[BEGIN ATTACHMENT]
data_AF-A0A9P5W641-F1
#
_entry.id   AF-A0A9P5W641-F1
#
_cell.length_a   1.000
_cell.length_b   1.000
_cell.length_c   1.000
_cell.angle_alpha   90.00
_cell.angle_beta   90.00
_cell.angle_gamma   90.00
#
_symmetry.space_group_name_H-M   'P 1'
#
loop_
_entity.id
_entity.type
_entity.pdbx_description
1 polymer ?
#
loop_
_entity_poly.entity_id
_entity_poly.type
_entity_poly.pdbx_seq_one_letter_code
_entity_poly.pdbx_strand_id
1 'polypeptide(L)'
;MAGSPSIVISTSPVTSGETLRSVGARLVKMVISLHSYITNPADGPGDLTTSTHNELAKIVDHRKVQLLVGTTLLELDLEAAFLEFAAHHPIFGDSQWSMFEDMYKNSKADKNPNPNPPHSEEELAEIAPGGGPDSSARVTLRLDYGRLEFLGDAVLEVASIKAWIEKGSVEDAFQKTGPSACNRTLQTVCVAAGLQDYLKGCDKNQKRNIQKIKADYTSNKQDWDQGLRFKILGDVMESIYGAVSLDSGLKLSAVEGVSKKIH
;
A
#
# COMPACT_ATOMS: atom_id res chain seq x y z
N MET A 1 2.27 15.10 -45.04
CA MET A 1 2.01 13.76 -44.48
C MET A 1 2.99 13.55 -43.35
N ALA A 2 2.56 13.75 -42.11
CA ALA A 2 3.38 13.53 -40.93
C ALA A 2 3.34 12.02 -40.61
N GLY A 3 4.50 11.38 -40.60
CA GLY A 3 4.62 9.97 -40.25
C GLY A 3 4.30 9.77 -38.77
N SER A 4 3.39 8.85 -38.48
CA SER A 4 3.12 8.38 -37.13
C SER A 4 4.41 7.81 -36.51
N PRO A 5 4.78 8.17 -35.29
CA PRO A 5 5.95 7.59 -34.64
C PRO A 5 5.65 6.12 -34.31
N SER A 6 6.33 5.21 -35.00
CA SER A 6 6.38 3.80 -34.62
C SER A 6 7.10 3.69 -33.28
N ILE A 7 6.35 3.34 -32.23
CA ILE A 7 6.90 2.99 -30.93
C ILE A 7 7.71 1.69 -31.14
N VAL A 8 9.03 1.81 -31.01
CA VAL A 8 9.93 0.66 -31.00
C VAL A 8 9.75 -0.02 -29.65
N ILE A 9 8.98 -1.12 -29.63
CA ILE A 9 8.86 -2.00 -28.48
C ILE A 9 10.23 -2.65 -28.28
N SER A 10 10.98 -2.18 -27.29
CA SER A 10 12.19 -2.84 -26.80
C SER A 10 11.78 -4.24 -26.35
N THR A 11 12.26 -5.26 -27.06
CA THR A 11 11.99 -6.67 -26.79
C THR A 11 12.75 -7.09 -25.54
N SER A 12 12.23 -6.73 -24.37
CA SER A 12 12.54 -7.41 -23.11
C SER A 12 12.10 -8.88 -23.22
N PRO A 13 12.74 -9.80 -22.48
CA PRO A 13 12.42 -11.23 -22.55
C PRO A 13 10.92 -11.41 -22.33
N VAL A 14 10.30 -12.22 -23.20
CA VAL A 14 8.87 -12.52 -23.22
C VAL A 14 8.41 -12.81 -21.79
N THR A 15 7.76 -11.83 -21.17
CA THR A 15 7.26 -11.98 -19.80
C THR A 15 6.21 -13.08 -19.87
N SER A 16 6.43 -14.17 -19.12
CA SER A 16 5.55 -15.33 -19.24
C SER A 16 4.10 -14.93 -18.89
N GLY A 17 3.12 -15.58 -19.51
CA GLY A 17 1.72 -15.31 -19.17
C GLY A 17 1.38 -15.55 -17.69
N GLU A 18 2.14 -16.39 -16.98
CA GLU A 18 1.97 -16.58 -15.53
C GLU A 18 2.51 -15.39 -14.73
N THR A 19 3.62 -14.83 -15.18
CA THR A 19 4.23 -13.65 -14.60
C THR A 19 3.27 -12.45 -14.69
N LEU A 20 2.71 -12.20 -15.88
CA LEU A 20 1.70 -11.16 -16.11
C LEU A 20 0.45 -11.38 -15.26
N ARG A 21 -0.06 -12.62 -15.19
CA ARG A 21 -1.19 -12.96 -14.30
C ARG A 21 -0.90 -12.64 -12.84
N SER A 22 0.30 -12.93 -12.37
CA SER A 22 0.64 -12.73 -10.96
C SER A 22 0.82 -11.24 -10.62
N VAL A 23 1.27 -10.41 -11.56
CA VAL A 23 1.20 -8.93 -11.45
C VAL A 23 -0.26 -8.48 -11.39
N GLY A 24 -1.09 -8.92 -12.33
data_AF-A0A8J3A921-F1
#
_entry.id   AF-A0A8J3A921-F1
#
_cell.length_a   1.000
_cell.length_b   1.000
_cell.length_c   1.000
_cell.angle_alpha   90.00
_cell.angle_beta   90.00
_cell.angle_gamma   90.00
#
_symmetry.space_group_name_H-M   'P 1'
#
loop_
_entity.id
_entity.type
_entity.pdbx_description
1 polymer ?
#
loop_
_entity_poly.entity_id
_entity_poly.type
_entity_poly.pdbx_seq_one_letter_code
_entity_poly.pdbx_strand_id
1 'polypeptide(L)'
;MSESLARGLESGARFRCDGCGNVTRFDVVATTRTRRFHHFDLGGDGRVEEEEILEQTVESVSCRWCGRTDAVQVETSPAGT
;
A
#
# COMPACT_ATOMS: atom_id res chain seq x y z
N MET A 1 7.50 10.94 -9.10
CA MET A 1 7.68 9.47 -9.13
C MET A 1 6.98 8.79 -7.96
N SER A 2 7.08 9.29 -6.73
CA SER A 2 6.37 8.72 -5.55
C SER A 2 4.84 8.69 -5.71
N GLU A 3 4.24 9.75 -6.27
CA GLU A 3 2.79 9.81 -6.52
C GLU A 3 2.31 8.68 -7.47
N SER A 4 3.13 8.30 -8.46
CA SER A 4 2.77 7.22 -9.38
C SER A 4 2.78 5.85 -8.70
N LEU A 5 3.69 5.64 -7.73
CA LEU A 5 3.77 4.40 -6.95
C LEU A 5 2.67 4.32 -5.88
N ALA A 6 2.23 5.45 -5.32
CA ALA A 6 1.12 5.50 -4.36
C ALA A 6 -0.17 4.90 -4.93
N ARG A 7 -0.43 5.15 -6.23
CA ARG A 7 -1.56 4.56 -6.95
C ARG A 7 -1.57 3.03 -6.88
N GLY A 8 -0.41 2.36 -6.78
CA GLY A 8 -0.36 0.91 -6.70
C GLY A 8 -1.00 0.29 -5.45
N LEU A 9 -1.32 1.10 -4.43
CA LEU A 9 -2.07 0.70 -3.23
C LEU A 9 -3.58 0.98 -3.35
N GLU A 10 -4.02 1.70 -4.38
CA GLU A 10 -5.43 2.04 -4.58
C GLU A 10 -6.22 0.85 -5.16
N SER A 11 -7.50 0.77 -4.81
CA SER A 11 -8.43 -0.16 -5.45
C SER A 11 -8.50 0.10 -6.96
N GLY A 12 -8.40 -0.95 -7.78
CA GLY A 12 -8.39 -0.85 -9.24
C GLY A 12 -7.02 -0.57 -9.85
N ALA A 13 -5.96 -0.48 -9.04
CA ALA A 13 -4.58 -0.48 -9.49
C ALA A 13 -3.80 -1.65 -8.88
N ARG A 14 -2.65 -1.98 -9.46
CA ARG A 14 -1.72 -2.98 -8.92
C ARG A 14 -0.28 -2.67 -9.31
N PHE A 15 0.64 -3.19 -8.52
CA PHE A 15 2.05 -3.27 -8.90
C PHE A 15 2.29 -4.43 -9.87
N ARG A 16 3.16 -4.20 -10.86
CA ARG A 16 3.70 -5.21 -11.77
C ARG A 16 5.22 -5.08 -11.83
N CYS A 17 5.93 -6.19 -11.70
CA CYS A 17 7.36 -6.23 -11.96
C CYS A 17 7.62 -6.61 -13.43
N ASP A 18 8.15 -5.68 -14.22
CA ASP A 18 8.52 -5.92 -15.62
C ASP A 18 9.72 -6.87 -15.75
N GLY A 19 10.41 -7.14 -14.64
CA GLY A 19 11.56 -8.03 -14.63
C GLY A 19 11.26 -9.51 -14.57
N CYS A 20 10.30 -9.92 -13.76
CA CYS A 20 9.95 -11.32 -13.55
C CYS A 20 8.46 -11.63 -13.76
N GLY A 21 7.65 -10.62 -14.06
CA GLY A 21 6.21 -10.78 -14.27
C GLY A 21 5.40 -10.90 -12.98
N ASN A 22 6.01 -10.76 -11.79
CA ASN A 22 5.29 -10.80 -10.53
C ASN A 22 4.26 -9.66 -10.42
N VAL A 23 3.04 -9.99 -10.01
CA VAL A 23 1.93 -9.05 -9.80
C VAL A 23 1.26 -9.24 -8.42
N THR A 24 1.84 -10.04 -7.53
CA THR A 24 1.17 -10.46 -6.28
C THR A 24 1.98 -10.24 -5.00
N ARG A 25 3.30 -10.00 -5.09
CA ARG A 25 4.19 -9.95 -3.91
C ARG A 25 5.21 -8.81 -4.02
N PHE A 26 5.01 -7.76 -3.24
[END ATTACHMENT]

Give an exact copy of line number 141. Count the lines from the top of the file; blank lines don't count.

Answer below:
CA SER A 4 2.77 7.22 -9.38